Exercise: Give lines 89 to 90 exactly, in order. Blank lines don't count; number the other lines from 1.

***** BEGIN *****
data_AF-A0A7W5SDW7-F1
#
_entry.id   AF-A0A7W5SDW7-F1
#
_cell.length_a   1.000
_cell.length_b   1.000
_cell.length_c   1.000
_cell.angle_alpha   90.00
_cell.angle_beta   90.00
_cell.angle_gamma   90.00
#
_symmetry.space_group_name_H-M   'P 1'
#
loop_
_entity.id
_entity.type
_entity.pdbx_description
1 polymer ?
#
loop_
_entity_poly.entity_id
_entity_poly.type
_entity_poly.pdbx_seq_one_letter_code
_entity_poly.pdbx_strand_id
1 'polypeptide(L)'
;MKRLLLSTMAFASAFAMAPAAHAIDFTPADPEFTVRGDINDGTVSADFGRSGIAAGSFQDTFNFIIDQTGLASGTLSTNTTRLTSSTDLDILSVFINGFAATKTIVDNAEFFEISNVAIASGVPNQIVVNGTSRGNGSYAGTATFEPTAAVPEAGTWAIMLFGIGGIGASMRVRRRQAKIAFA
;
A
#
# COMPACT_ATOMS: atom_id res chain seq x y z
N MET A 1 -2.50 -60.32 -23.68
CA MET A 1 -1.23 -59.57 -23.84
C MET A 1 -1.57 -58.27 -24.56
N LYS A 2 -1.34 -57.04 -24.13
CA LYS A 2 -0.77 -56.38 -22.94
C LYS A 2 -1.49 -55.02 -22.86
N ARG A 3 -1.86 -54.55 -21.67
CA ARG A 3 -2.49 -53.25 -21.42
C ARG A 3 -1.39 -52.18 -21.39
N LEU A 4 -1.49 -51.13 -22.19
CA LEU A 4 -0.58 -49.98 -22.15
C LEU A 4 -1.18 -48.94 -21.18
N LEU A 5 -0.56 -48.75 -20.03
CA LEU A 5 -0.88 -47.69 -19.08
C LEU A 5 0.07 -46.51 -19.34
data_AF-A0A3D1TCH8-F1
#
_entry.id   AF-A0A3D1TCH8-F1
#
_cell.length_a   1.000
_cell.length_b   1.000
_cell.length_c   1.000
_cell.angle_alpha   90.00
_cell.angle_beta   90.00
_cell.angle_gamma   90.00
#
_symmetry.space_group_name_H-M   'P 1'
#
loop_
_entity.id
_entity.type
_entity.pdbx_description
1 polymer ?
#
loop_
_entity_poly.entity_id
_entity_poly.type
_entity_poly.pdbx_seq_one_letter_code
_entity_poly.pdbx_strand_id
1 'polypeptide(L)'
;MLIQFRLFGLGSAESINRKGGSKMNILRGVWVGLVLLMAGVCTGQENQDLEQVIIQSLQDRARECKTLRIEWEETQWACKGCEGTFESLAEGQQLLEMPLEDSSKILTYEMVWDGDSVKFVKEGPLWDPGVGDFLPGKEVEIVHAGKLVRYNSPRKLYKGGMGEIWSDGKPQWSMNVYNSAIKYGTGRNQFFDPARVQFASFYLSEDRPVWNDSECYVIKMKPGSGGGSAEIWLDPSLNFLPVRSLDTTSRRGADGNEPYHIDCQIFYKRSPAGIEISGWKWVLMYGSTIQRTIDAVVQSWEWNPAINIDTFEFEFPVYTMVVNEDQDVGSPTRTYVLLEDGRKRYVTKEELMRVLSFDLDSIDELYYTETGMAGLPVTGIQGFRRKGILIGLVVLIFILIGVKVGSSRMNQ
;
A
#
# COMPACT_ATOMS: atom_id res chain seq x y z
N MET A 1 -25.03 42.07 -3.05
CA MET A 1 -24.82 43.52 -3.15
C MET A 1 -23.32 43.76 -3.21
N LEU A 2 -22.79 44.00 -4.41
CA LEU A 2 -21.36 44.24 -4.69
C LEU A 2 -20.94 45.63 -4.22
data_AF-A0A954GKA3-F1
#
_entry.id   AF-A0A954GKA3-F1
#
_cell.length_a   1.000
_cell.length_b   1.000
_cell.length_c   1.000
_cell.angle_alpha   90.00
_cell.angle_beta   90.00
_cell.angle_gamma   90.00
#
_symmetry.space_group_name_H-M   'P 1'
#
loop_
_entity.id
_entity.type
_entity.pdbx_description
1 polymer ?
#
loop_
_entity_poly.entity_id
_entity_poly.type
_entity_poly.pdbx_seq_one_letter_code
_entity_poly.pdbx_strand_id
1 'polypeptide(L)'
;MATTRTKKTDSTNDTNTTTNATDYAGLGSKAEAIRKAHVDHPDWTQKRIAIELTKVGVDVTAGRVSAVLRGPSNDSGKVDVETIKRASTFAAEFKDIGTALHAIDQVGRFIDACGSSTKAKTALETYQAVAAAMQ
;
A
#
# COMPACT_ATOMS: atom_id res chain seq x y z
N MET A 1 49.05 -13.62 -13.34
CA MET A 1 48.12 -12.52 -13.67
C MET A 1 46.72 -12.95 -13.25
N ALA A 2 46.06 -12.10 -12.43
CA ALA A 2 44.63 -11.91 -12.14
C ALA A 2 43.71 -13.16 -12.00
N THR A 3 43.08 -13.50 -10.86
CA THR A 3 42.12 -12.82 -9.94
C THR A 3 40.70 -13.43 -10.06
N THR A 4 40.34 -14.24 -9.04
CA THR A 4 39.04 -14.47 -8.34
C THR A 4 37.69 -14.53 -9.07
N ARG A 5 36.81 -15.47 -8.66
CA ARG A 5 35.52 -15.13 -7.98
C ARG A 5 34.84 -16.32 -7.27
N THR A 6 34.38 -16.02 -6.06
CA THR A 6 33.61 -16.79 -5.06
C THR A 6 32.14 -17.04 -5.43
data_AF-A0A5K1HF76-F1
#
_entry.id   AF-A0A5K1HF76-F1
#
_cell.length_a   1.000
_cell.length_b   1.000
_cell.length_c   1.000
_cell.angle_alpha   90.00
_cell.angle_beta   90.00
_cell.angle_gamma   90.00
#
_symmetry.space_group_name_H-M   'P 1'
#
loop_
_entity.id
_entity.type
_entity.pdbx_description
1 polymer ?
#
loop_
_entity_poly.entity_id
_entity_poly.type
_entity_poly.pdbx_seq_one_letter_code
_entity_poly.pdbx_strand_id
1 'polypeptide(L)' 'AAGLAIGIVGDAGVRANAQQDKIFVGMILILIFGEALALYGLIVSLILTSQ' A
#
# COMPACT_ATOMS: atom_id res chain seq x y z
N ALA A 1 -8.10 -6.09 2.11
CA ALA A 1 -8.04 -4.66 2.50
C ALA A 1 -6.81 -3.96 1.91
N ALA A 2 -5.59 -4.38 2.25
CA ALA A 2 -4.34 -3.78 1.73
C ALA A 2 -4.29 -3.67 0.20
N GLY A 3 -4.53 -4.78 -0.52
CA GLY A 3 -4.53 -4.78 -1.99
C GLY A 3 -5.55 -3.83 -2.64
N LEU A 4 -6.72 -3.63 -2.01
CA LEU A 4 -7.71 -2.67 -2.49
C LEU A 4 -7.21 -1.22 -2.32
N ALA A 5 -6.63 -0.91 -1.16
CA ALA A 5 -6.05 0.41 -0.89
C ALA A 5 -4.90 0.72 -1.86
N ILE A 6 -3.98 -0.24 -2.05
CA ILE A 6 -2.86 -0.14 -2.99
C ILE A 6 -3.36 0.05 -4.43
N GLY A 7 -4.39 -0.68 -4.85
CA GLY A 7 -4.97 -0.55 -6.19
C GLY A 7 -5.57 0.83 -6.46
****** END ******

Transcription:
_cell.angle_alpha   90.00
_cell.angle_beta   90.00